Review of the Ka Bar TDI Last Ditch Knife

I have been a fan of, and carrier of, the Ka Bar TDI knife for quite some time now.  I am not a knife guru by any means, though I have some training in edged weapons, but I consider a knife a must-carry rescue tool.  Therefore, since it is an essential tool, I also consider it a secondary weapon to be pressed into self-defense should the need arise.  The TDI knife is my favorite blade for carrying on the waistline.

I have moved to a method of deep-concealment carry that entirely mimics my regular EDC carry but utilizes smaller tools.  Rather than my usual auto loader, I use a Ruger LCR revolver for deep concealment, carried in a belly band for use under tucked-in clothing or when in gym shorts.  While the regular TDI knife is small and concealable, I wanted something smaller yet to coincide with this deep concealment toolset.  I also wanted a knife that employs the same design and methodology as the TDI.  Enter the TDI Last Ditch Knife.

This little blade was designed by well-known self-defense instructor Greg Ellifritz.  Greg designed it to be a hide-out blade that is so small it could be missed in a preliminary pat down.  From what I gather, Greg essentially envisioned the design as a last ditch emergency tool for covert use in sketchy locations to thwart abduction attempts, and the like.  When you see how small, yet potentially effective, this tool is you can see that the design fills the intended role well.  For myself, I have put this little knife into a different role.

As a stickler for carry consistency I am an advocate and a practitioner of keeping familiar tools in the same body locations at all times possible.   For my deep concealment under tucked clothing, I wanted something even smaller than the already-small TDI knife that still remained consistent in design and deployment.  While the LDK is certainly a potentially effective weapon for certain situations, I always consider my knife a tool first and foremost.  I had an experience when I was young in which I got trapped in a seatbelt that I could not escape, and I had no knife on me.  That was the last time I ever left the house without a cutting tool on my person.  Therefore, while a waistline carried knife serves as an excellent backup weapon for contact distance fights, I also like it immediately accessible in that location for cutting emergencies of all types.  The LDK serves this purpose well in the smallest possible, but still usable, package.  This knife comes sharp as hell from the factory, and the blade profile makes it an efficient cutter.  It is like a box cutter that proves very easy to carry and hide on the body.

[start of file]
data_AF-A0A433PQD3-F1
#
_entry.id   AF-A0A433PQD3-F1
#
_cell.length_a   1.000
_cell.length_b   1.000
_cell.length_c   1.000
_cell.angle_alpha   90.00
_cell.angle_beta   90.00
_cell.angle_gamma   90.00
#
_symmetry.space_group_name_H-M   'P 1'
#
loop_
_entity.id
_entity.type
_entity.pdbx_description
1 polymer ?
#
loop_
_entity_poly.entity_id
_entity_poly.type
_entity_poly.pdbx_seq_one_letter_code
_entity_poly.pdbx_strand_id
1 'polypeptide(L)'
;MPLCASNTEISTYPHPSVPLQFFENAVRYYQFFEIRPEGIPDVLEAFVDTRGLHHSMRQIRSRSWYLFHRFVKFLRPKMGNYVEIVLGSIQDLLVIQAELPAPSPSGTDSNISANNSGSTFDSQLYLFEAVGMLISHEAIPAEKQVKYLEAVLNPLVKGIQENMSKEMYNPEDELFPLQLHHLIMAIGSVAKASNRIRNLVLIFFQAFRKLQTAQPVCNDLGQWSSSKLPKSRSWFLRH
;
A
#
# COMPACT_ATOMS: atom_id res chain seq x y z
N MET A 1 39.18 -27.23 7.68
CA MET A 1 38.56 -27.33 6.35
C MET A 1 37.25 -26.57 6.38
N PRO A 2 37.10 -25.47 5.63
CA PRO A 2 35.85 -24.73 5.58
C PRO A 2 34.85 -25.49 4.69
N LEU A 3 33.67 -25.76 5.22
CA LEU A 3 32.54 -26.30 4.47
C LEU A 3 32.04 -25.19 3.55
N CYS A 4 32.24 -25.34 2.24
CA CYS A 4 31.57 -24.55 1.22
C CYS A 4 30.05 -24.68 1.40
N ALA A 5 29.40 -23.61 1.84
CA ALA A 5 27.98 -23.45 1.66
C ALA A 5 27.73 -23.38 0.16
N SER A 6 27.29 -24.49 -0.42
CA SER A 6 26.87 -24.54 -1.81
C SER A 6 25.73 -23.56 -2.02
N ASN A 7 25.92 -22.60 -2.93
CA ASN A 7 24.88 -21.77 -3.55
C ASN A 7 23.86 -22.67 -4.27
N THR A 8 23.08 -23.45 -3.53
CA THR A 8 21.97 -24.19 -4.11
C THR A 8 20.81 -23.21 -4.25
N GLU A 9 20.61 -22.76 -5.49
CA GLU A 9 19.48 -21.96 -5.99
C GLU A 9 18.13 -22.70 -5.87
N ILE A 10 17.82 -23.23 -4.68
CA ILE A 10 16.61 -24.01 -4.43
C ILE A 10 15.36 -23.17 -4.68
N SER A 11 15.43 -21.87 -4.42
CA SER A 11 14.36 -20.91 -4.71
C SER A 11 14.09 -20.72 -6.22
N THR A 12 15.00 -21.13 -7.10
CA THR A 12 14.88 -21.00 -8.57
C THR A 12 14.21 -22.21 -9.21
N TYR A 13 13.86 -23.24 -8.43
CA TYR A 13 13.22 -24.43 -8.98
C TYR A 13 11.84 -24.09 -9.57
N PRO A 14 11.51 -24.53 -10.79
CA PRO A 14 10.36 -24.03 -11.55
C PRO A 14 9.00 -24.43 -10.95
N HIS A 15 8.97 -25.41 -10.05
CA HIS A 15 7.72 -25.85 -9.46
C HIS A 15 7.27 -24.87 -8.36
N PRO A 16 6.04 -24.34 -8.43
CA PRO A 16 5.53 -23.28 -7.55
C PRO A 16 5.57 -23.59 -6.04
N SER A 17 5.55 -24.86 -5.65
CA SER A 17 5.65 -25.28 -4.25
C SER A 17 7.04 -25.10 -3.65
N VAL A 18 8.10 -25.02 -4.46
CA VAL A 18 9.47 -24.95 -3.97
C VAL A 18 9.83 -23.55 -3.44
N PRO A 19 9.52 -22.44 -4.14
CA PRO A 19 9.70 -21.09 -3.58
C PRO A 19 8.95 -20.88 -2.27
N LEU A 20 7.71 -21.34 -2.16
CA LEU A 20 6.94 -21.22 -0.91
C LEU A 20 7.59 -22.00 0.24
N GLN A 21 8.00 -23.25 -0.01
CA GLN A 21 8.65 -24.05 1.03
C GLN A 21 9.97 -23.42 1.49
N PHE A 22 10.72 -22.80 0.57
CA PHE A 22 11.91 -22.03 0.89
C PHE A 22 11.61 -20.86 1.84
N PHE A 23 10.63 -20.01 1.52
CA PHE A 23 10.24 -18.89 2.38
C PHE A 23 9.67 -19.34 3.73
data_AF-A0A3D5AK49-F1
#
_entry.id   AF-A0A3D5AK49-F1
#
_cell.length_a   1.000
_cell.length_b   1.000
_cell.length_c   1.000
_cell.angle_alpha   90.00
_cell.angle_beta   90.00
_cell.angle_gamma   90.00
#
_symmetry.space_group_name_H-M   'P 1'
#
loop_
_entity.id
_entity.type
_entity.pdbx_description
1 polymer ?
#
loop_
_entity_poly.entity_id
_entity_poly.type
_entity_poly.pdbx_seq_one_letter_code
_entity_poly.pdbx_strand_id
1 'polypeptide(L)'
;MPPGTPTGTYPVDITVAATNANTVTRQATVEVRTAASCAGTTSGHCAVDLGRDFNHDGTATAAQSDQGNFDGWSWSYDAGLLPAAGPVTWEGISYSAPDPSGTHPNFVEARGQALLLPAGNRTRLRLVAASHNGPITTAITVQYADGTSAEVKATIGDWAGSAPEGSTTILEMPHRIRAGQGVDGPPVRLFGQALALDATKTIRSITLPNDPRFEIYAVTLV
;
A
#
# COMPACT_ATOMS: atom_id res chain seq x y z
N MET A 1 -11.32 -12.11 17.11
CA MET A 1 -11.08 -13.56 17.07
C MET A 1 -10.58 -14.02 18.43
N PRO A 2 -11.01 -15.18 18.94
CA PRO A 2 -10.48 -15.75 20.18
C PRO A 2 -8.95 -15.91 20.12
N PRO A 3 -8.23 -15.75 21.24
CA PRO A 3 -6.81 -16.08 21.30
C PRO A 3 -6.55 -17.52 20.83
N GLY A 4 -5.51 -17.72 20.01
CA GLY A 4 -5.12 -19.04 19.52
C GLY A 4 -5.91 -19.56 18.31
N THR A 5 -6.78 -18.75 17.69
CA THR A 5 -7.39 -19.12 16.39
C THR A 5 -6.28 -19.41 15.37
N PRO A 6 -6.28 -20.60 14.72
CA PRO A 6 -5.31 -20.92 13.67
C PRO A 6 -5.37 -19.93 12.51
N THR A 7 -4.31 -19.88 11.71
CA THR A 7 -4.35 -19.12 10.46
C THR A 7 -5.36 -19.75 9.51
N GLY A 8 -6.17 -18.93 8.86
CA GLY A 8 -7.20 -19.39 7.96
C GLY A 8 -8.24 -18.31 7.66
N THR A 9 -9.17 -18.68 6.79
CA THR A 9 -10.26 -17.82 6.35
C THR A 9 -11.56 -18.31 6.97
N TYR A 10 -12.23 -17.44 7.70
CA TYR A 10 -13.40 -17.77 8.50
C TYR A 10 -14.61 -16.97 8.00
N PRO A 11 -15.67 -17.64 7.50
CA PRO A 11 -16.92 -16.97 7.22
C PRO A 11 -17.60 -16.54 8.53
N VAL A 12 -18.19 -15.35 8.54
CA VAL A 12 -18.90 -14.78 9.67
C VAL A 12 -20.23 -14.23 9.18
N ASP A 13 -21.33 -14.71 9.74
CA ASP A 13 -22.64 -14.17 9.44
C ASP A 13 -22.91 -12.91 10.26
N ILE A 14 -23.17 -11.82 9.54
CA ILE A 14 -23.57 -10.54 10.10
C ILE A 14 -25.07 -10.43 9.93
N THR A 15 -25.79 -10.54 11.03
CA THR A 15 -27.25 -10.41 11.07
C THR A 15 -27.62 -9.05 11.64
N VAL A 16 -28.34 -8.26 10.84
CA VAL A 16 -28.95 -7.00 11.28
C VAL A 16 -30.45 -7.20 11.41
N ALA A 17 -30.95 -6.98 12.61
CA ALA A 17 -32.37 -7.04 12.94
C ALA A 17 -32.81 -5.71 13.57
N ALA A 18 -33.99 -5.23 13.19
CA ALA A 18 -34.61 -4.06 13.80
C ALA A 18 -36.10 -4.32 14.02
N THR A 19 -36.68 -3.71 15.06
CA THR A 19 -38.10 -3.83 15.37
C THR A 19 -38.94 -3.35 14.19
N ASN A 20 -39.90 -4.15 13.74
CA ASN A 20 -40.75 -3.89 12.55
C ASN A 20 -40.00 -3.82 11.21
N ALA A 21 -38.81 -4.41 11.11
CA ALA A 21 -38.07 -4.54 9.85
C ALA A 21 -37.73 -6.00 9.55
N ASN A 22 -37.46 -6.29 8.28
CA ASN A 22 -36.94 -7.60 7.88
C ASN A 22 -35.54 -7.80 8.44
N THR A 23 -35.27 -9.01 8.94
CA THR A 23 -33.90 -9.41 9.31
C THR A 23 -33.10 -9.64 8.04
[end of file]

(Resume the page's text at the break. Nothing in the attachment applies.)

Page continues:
I carry the LDK on support-side appendix position, attached to my belly band via velcro, to back up my LCR revolver.  This is my carry for the gym, or for under tucked clothing in formal settings.  I wrapped the handle of the LDK with cord, and while it makes it slightly larger, it is still so small and thin that it goes unnoticed in any circumstances.  The wrap gives me better purchase on the knife while in hand, but the primary reason for the wrap is that the small handle with sharp edges was uncomfortable while pressed into my skin.  The wrap alleviated that.  Despite its small size the well-designed knife allows for consistent and rapid deployment.

Overall, I am very pleased with this knife for what it is.  Just like the original TDI the tiny LDK is perfectly designed for its intended task.  The LCR revolver and the LDK serve as excellent deep-concealment options where the alternative would be going unarmed.  I would suggest that this combination is a hell of a lot better than that alternative.

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